White Ravens: Swaziland

3 books      

Special Mention - Swaziland (English) - 1996 - 29
Leggat, Gillian (text)
Heerden, Marjorie van (illus.)
The Car with Three Wheels
Manzini: Macmillan Boleswa Puublishers, 1995. [24] p.
ISBN 0-333-56004-3
Brother - Birthday present - Homemade toy
Musa wants to give his little brother a special birthday present, but he has no money. With considerable ingenuity - and some forbidden scavenging - he find enough scraps to make a red racing car. Not only does his brother find it the »best present in the world«, they both continue to collect odds-and-ends for future presents. Though this story is set in Africa, where pocket money may be scarcer than elsewhere, the idea that hand-made things are as valuable as store-bought ones, and a gift of the heart the dearest of all, is universal. The color or black-and-white full-page illustrations attractively capture the main events of this simple everyday story. (6+) ☆ ☼

Swaziland (English) - 1998 - 24
Whitton, David
Neptune's children
Manzini: Macmillan Boleswa, 1997. 122 p.
ISBN 0-7978-0829-9
Sailing - Adventure - Friendship - Family problems
When fourteen young adults from all around South Africa are chosen for a crew of a training ship sailing ship from Durban to Mauritius, they experience more than they had anticipated. Each must master an extensive range of nautical skills, and also learn to work as a team. Whitton focusses upon a number of individuals with different family backgrounds in this multicultural troupe, making the basic plot of an adventure story with modernday problems and dreams come to life. (12+) ☆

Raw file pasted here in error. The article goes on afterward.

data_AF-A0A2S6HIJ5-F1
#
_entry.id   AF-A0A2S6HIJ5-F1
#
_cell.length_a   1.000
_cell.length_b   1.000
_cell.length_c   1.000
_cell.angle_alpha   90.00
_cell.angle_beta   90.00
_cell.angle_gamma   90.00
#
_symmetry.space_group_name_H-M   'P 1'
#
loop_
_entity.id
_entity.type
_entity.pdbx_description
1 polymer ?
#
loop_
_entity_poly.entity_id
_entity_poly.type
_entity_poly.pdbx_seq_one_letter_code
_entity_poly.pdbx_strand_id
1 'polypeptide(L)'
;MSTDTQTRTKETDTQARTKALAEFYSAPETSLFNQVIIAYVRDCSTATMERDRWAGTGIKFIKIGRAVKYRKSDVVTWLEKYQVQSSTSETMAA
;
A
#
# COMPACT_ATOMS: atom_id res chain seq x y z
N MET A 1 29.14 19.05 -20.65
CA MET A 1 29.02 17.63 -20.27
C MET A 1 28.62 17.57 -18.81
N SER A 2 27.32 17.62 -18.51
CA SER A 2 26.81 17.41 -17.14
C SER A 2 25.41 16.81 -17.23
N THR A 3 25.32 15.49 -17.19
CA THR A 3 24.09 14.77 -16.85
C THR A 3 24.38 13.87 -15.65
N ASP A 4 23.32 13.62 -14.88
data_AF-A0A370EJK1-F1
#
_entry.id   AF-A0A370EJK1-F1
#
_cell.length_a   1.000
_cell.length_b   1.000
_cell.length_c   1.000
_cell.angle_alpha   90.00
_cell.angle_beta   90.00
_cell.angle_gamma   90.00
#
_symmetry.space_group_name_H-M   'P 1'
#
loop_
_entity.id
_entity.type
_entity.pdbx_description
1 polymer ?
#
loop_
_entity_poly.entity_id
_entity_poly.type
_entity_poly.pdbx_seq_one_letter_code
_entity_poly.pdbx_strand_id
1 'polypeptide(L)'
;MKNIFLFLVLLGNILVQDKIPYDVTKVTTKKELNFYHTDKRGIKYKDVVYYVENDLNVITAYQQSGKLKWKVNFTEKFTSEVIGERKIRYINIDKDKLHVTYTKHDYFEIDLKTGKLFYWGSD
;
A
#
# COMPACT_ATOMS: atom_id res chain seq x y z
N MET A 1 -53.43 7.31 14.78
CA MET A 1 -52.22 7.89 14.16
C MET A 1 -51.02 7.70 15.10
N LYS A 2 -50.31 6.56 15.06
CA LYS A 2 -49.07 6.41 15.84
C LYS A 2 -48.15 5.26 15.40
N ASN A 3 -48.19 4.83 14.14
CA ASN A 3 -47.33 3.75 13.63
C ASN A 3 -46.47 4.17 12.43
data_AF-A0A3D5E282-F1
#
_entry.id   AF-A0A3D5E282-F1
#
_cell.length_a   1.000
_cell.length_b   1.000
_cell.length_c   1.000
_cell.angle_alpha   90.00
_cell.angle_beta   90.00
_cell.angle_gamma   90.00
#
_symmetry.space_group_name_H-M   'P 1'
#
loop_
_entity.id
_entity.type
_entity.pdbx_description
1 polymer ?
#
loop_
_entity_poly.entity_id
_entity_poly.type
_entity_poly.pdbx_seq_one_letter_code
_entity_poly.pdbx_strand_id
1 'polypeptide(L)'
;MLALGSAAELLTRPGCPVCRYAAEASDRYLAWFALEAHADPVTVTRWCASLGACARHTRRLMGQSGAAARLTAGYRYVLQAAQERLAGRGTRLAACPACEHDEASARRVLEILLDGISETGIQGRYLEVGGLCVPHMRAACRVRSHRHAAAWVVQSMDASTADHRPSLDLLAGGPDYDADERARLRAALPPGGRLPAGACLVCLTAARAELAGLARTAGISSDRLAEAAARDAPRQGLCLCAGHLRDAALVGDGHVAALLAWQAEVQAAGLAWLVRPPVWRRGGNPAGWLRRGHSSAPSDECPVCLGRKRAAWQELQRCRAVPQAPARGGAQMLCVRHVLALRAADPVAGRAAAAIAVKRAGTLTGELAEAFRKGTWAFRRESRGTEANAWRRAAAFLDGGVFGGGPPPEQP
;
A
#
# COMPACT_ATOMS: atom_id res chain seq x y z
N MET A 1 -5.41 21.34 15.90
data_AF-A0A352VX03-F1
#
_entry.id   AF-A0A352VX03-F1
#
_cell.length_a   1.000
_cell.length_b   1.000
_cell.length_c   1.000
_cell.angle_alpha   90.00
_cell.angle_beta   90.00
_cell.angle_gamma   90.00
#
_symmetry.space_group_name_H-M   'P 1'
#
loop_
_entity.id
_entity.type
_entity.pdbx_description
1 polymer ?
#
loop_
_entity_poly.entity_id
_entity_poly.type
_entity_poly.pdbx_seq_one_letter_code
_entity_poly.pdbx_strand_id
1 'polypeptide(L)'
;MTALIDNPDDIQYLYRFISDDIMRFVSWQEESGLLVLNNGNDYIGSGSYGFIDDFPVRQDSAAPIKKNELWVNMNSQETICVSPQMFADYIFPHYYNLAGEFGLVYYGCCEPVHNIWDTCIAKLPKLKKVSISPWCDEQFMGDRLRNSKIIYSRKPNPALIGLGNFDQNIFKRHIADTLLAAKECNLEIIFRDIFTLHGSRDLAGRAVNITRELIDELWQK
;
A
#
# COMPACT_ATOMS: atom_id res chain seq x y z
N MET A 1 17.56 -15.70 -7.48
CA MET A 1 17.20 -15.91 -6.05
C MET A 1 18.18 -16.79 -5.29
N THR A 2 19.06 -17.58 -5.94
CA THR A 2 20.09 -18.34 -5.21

Swaziland (English) - 1999 - 24
Johnson, A.K.
We have our dreams
Manzini: Macmillan Boleswa, 1997. 111 p.
ISBN 0-7978-0828-0
South Africa - Immigration - Big City - Friendship - Foreigner - Disappointment
This is an absorbing, tragic novel about the adventure- filled struggles of two young men from the Congo and Mozambique who have come to Johannesburg in the hopes of finding success and fortune. But instead they find themselves facing the underside of life in a big modern-day city, while trying to hold on to their dreams. Despite the appearance of African names and terms, this fast-paced story is highly readable due to the universality of the relationships between the major characters. And it gives insight into the alternatives available to people in a society beset with change and corruption. (14+)